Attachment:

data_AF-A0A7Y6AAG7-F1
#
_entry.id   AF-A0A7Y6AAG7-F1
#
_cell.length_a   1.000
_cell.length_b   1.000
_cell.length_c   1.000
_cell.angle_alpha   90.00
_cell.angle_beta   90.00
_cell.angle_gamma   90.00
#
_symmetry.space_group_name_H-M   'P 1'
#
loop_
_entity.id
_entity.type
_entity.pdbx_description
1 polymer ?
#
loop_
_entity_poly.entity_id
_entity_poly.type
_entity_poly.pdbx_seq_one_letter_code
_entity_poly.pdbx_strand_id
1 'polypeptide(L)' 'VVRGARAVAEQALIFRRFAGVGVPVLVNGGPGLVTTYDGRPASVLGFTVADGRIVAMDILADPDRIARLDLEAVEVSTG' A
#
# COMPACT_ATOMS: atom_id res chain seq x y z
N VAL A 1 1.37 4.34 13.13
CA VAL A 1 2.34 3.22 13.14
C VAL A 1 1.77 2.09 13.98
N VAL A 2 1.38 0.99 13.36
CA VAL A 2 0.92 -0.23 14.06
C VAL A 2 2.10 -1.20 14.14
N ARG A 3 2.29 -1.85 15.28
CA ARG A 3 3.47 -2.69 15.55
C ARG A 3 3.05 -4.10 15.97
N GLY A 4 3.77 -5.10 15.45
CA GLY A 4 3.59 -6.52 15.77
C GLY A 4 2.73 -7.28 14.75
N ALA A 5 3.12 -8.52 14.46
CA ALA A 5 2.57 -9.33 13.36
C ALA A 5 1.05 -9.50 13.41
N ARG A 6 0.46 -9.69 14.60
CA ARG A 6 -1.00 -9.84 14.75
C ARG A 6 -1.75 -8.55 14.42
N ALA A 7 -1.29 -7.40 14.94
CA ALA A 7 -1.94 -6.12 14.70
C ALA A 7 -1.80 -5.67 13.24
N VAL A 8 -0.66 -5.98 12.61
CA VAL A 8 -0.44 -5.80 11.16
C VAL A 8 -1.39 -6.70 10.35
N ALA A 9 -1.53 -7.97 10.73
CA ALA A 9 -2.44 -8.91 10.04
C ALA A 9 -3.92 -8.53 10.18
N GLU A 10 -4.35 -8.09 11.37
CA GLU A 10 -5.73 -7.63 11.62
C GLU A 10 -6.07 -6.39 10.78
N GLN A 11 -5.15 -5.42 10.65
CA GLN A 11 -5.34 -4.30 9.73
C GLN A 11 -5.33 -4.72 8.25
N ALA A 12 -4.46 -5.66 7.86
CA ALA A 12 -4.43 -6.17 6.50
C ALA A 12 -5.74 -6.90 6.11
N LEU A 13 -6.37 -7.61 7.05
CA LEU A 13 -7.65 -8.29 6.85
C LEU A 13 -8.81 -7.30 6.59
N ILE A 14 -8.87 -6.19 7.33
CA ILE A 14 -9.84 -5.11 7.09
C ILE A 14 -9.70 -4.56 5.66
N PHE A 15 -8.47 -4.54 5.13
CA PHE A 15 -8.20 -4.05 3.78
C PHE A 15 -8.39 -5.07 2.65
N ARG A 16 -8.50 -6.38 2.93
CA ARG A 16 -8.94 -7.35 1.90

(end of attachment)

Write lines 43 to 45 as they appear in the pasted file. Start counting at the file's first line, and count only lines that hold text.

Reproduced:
N ARG A 6 0.46 -9.69 14.60
CA ARG A 6 -1.00 -9.84 14.75
C ARG A 6 -1.75 -8.55 14.42